May 24, 2012

Osaka Eclipse

By pure luck and no planning on our part, we managed to be almost directly under the shadow of the moon during the eclipse on May 21. This was the first time for any of us in the house to be so close to the path of total occlusion, and a bit of mania overtook us as the moment of totality approached.

Using my father's recipe, we set up a pin-hole mirror to project the image onto a darkened wall.
A mirror is covered with paper in which a single hole (the aperture) has been punched. The reflection is aimed at a wall/screen in a dark corner of the same room.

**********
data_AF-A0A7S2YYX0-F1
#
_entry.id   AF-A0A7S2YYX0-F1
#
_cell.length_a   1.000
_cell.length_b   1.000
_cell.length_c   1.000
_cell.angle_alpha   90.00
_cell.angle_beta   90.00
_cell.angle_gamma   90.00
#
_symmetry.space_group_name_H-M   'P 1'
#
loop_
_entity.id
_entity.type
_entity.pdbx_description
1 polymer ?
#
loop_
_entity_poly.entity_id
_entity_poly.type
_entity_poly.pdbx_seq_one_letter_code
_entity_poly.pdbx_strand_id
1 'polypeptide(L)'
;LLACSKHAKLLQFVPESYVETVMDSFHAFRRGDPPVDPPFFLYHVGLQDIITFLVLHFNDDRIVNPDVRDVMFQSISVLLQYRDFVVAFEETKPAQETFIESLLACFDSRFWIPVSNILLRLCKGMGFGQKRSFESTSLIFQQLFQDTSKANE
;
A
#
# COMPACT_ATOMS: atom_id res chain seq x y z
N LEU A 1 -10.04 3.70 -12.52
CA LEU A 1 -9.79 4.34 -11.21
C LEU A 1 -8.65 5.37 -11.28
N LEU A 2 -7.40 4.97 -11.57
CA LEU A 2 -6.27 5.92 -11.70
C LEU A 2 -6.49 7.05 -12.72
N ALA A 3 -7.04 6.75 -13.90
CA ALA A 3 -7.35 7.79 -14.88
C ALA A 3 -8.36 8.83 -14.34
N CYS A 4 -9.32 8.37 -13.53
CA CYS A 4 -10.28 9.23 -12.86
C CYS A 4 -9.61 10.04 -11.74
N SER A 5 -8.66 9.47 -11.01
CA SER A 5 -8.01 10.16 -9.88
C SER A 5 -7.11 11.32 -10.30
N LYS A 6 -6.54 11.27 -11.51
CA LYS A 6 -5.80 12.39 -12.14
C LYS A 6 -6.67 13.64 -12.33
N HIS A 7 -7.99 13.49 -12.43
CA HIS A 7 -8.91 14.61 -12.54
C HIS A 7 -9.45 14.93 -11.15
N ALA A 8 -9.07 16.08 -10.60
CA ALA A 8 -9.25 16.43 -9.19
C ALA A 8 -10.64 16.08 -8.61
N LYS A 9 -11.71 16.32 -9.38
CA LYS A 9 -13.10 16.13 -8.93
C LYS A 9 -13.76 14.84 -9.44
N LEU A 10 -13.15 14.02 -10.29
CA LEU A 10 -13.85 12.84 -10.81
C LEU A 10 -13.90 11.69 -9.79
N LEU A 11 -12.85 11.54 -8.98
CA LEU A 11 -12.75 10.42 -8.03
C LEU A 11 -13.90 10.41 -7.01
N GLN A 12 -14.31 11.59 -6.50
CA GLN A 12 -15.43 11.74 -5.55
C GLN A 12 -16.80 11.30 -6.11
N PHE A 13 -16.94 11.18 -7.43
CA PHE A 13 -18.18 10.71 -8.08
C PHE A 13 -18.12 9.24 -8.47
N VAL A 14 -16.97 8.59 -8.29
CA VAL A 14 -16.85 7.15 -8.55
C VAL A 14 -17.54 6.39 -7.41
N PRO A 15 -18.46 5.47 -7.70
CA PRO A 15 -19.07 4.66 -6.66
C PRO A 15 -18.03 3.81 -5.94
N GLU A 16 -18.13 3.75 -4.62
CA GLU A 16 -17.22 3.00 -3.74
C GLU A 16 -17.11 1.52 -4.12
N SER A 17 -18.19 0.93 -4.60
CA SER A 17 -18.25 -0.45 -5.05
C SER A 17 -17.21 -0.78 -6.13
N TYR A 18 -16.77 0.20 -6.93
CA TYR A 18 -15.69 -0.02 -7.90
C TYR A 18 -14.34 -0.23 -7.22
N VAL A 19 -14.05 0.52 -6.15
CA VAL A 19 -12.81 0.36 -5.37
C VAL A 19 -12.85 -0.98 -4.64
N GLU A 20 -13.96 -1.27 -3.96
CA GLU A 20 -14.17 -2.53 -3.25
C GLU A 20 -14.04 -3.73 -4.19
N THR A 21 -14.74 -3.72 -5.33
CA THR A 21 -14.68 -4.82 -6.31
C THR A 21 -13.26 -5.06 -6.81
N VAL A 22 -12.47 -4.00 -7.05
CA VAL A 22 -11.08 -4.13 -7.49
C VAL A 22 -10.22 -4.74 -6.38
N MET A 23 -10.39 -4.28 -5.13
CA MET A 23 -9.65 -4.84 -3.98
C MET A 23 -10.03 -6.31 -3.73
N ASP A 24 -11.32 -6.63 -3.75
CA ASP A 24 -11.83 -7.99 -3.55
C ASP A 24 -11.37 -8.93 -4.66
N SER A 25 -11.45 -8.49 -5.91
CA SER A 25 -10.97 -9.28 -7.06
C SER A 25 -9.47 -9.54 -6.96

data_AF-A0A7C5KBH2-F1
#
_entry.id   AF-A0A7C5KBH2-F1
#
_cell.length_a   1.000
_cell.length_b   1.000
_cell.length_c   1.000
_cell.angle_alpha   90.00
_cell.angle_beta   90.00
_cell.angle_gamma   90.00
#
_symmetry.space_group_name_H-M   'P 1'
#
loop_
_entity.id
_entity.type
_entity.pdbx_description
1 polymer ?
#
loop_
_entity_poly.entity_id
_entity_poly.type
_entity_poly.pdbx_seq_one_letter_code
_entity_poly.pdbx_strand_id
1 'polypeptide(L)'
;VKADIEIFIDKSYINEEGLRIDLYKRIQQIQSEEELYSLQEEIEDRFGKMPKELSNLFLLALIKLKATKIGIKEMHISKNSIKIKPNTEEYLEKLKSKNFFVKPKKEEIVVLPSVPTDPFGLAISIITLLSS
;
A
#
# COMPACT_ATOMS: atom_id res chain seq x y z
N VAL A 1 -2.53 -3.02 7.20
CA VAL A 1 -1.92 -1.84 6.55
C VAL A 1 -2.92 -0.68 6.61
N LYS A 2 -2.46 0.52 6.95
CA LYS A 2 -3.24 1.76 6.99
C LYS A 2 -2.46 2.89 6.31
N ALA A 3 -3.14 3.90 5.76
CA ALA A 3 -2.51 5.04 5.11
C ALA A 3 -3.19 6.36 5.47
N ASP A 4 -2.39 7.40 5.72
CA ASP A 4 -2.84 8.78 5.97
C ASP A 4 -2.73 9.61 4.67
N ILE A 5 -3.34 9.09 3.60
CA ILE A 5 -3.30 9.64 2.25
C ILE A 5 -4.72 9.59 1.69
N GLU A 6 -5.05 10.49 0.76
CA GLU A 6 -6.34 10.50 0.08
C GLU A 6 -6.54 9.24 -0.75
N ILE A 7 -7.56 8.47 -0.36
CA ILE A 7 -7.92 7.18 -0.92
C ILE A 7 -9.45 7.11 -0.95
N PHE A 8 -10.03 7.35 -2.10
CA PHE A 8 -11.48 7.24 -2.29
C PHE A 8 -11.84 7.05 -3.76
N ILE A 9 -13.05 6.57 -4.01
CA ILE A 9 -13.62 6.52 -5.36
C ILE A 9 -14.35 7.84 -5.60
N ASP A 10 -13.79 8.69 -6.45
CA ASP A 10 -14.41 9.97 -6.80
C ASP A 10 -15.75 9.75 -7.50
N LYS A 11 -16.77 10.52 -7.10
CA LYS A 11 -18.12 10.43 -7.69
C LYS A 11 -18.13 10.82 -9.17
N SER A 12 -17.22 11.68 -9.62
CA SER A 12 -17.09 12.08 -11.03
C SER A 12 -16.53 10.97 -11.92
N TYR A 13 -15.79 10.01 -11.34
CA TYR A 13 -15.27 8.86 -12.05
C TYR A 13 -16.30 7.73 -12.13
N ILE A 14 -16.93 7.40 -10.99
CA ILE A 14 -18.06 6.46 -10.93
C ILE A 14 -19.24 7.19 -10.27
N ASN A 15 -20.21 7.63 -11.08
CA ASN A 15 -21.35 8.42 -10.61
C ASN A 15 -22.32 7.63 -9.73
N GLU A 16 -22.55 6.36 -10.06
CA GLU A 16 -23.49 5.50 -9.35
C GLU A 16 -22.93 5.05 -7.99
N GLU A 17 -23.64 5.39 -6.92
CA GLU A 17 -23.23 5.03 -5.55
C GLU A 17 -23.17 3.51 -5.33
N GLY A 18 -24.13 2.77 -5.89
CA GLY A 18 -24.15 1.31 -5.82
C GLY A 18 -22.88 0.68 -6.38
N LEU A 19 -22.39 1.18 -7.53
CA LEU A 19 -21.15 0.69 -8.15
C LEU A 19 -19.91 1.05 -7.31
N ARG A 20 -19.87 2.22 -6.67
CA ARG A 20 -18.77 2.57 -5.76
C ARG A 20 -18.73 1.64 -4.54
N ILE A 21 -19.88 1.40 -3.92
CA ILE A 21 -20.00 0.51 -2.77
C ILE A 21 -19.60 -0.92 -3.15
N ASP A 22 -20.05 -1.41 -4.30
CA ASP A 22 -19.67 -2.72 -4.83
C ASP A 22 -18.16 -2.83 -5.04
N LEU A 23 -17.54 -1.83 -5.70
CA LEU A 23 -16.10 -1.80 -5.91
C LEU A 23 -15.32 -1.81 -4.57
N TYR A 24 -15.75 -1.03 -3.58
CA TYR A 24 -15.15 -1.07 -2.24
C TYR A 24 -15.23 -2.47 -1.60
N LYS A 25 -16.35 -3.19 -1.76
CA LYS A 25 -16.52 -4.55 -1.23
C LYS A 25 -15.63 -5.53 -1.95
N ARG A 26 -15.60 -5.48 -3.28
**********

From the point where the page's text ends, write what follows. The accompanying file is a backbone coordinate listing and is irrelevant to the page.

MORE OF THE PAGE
The size of the hole dictates the focus of the image. Here, the lower image is the one coming from our one-hole-punch "pin-hole". It is out of focus and over-exposed because the hole is too large and too close to the wall/screen. The upper image is coming from a tiny crack between the covering paper and the edge of the mirror frame. The focus is much better, but the room is too bright to see it very well.

With more time to plan this, we could have set up multiple mirrors to direct the image to a much darker room. The word for "room" in Italian is, of course, "camera".

Outside in the garden, the camphor tree was doing a better job, making pin-holes with the gaps between its leaves.

We took quick glimpses of the full corona through a darkened piece of x-ray film, in direct contradiction of the warnings being broadcast on NHK at that very moment. Luckily, we had a doctor with us, although he was just as excited as we were.
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